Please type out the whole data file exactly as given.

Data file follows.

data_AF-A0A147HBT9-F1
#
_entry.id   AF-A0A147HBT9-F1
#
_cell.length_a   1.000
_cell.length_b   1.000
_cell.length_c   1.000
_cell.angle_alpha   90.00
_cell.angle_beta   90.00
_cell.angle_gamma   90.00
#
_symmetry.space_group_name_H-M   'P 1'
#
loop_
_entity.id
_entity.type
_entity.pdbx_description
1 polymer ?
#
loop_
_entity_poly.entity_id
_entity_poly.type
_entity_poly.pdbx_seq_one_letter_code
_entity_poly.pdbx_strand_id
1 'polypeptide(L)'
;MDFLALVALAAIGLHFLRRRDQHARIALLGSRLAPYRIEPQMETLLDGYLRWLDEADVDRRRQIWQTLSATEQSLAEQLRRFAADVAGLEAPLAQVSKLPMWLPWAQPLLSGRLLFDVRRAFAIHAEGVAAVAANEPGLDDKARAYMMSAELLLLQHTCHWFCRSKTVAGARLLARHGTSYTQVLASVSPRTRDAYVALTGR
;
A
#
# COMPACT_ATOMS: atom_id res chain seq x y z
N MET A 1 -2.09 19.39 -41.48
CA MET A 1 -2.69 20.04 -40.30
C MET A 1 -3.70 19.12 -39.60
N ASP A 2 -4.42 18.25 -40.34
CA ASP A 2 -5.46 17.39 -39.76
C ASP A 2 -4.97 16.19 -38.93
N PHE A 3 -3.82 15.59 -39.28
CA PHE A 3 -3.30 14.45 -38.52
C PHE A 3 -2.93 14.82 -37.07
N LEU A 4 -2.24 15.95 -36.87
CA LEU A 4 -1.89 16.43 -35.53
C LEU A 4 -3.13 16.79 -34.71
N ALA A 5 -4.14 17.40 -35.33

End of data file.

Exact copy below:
data_AF-A0A147HBT9-F1
#
_entry.id   AF-A0A147HBT9-F1
#
_cell.length_a   1.000
_cell.length_b   1.000
_cell.length_c   1.000
_cell.angle_alpha   90.00
_cell.angle_beta   90.00
_cell.angle_gamma   90.00
#
_symmetry.space_group_name_H-M   'P 1'
#
loop_
_entity.id
_entity.type
_entity.pdbx_description
1 polymer ?
#
loop_
_entity_poly.entity_id
_entity_poly.type
_entity_poly.pdbx_seq_one_letter_code
_entity_poly.pdbx_strand_id
1 'polypeptide(L)'
;MDFLALVALAAIGLHFLRRRDQHARIALLGSRLAPYRIEPQMETLLDGYLRWLDEADVDRRRQIWQTLSATEQSLAEQLRRFAADVAGLEAPLAQVSKLPMWLPWAQPLLSGRLLFDVRRAFAIHAEGVAAVAANEPGLDDKARAYMMSAELLLLQHTCHWFCRSKTVAGARLLARHGTSYTQVLASVSPRTRDAYVALTGR
;
A
#
# COMPACT_ATOMS: atom_id res chain seq x y z
N MET A 1 -2.09 19.39 -41.48
CA MET A 1 -2.69 20.04 -40.30
C MET A 1 -3.70 19.12 -39.60
N ASP A 2 -4.42 18.25 -40.34
CA ASP A 2 -5.46 17.39 -39.76
C ASP A 2 -4.97 16.19 -38.93
N PHE A 3 -3.82 15.59 -39.28
CA PHE A 3 -3.30 14.45 -38.52
C PHE A 3 -2.93 14.82 -37.07
N LEU A 4 -2.24 15.95 -36.87
CA LEU A 4 -1.89 16.43 -35.53
C LEU A 4 -3.13 16.79 -34.71
N ALA A 5 -4.14 17.40 -35.33